The Last Time I Looked: (Stories, Real and Unreal) - THE MIND'S EYE Chapter One
April 8, 2013

Do you know how you know when a major life trauma is occurring? You know, you just do.

On Thursday morning, December 22,1994, I got up at my semi-usual time, 8 or 10:30, and went down to make coffee and bring the papers in, the papers were nowhere to be found.

I passed the open library door, I peeked in, call it a wife’s sixth sense, or better still, don’t. I saw my husband Adolph in his raggedy night-shirt sitting on the couch. His posture was uncharacteristically straight, but his eyes were closed, and a low grade “Zzz” was journeying down through his nose and coming out a delicate, breathy whistle from his fluttering lips. The darling was asleep. But he was cradling that morning's virgin New York Times in his arms. I knew why. A review of an Off-Broadway revival of his musical, “A Doll’s Life”, was likely to appear that day.

About three years earlier, Adolph, who had trouble in one eye, but whose other was functioning perfectly, woke up one morning and told me that something peculiar and disturbing had happened. Everything he looked at was elongated and either moving or swaying, with frequent bursts of light or darkness occurring in and around these abstract painting-like visions.

I looked into that supposed “good eye”, and it displayed the tumult going on behind it, by a slightly grayish cast, an almost imperceptible diffusion of focus, and small, pale bloodshot corners.

I urged him to call his eye doctor (it didn’t take a lot of urging). When he described his symptoms to the doctor over the phone, every other word was a painter’s name.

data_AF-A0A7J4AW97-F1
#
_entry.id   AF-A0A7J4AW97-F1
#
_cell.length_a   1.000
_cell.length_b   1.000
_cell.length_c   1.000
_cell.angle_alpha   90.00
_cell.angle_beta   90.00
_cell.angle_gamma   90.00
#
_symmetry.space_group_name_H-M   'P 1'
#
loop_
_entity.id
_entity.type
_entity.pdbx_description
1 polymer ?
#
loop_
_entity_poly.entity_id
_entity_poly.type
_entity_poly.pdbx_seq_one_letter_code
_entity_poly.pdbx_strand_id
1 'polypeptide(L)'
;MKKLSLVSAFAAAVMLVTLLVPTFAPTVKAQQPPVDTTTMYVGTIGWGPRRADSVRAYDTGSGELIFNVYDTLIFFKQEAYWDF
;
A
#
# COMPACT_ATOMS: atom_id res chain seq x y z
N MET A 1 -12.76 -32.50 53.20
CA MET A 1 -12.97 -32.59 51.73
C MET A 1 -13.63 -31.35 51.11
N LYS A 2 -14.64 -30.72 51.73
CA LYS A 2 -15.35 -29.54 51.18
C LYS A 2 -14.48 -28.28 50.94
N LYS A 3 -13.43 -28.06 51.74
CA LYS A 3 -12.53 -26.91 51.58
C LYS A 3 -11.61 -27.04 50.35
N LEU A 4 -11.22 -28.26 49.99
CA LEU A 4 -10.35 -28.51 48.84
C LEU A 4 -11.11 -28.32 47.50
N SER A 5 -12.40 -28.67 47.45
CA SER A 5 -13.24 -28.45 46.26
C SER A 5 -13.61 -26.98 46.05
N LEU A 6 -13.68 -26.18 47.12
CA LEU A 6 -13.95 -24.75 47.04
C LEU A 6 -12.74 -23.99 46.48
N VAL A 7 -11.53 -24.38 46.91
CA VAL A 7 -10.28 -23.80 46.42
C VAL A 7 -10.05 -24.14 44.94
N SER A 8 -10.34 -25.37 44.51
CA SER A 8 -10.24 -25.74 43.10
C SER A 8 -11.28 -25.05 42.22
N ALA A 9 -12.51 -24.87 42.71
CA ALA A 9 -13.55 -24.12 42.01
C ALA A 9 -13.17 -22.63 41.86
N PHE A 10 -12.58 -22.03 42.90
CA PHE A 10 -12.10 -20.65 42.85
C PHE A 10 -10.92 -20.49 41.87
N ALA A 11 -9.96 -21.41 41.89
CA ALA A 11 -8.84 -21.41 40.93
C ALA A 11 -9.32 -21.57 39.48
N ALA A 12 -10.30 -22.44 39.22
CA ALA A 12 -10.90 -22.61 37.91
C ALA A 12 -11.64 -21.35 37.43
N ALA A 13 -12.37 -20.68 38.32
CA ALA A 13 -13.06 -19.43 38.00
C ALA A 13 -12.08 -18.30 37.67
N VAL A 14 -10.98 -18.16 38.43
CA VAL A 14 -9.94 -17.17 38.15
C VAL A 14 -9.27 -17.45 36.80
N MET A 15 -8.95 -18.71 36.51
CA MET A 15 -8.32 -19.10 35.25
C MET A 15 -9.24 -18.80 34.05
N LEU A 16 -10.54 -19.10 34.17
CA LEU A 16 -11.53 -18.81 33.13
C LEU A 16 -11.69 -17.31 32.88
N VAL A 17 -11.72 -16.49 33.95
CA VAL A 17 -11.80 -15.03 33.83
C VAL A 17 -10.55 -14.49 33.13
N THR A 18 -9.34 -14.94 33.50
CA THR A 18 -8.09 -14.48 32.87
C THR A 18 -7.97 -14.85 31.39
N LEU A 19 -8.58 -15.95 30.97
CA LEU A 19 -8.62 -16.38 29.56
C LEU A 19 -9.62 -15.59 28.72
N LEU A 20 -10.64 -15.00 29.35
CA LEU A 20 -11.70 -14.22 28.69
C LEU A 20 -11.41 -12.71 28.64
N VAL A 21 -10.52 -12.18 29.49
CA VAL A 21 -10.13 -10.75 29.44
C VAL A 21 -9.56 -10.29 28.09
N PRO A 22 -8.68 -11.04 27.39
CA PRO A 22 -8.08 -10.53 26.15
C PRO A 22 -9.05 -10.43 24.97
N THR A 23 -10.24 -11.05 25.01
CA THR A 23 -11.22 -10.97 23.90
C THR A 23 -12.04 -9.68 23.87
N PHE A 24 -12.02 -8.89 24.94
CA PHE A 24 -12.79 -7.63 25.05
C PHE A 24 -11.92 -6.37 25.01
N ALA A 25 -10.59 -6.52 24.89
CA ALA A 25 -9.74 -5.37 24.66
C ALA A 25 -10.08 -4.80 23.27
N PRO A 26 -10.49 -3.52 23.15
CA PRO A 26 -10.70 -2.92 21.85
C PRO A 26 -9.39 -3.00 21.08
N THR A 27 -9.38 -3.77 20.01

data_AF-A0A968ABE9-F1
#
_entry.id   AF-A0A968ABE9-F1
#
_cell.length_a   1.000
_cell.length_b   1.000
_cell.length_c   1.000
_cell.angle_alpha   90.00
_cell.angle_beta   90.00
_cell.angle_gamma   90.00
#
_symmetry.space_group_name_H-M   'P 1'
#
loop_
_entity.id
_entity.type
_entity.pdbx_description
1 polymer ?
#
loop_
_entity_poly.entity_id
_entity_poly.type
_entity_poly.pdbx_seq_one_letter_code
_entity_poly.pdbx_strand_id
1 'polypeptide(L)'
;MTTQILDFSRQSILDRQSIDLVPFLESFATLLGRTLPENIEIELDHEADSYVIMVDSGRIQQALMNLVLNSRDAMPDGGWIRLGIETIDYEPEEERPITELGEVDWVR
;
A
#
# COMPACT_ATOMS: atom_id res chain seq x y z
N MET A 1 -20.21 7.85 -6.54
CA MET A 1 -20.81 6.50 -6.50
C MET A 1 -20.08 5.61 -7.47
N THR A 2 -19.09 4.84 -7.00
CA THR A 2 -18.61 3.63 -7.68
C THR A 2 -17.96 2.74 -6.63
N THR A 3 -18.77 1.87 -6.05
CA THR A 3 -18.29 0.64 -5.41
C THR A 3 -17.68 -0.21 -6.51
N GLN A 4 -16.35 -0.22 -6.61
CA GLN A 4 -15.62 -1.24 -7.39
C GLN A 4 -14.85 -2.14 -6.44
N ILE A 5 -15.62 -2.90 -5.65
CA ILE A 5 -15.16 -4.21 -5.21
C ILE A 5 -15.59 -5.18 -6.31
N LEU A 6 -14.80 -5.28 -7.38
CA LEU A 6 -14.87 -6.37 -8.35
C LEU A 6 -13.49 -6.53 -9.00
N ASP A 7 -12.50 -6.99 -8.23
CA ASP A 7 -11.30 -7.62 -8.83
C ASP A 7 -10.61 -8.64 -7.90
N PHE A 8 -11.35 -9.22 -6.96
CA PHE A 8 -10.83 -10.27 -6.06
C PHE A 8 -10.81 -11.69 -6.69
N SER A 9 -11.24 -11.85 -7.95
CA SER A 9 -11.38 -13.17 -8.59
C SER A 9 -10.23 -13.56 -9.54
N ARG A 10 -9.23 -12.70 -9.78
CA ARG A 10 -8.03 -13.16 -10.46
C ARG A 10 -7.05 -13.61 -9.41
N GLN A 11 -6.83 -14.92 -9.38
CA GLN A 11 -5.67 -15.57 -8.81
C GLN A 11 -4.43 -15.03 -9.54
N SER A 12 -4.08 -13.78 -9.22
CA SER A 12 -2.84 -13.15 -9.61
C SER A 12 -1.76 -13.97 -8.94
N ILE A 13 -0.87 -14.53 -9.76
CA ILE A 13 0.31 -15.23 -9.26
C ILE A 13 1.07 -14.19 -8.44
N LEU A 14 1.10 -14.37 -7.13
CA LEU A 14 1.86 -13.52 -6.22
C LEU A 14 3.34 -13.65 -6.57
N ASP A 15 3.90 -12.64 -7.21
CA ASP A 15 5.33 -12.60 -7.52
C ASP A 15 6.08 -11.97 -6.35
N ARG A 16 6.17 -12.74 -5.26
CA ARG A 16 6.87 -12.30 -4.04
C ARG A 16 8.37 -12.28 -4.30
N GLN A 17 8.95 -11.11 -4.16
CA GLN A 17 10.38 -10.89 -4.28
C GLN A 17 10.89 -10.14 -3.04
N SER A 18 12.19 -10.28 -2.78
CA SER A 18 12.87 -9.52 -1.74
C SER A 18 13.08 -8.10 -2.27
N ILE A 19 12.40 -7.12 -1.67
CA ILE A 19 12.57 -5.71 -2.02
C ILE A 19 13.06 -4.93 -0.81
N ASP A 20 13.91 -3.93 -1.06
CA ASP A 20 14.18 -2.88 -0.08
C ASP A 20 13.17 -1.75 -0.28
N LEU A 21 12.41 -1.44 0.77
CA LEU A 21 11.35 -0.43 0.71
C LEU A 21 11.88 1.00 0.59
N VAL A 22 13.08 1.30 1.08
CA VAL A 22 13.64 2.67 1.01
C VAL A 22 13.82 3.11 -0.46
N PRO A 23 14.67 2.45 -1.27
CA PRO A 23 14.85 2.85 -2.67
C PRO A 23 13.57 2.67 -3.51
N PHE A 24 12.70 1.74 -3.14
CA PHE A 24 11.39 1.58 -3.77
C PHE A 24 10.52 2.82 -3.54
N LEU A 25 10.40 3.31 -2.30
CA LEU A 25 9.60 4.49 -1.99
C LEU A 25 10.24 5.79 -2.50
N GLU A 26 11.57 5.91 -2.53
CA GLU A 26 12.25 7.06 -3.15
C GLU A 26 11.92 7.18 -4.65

“Ummh ah...well...Van Gogh……Huh?... sometimes…a little…of course...you know...Munch.”

And then finally...”Well...it’s really as if my toothbrush, comb, my face in the mirror was being painted, rubbed out, and painted again by El Greco.” From then on it was a parade of vision specialists, all good men and women. We both felt as if we were part of a clumsy montage of medical scenes from a thirties black and white movie.

Doctors shaking their heads as they show us technologically sophisticated pictures of the back of his eyes; dissolve into Adolph unable to see even the largest letter of an electronic eye chart; cut to me in yet another anonymous waiting room, this time in Baltimore, trying to find some laughs while reading a year-old copy of MODERN MATURITY.

Finally, the diagnosis was clear and unanimous. Adolph’s right eye had developed, in an unusually brief time, what had blocked out the vision in his left eye: Macular Degeneration, a fairly common disease.

What made this a red and black letter day as Adolph sat there asleep on the couch clutching the New York Times was that I realized this was the first review of one of his works that he couldn’t read himself.

Click here to read chapter two.
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6 comments
And I'm crying of course. xkellee
2:52pm 04/11/2013
Kellee
Great narrative drive, dear Phyllis. You leave your readers wanting more, a lot more. Congrats! Much love, B
11:39am 04/11/2013
Robert Pounder
And? And? Don't leave us hanging!
11:50am 04/10/2013
Nina
DARLING PHYLLIS..I TOLDF YOU LAST YEAR HOW WONDERFUL YOUR BLOG IS..MAKES ME LAUGH AND CRY(SOMETIMES) SOMETIMES THE TEARS ARE BECAUSE I'M LAUGHING!
ANYWAY...YOU'RE A NATURAL...IN EVERY WAY...MUCH LOVE, SANDY
P.S. KEEP THOSE CARDS AND LETTERS COMING....
11:50am 04/10/2013
Sandy Stewart
You should write and write and write. Your voice is compelling, clever and charming. And, you do have a story to tell. I love reading what you write.

Ron
1:03pm 04/08/2013
Ron Barron
Great energy with a dram of foreboding. Go on for sure!
12:56pm 04/08/2013
Steve Downey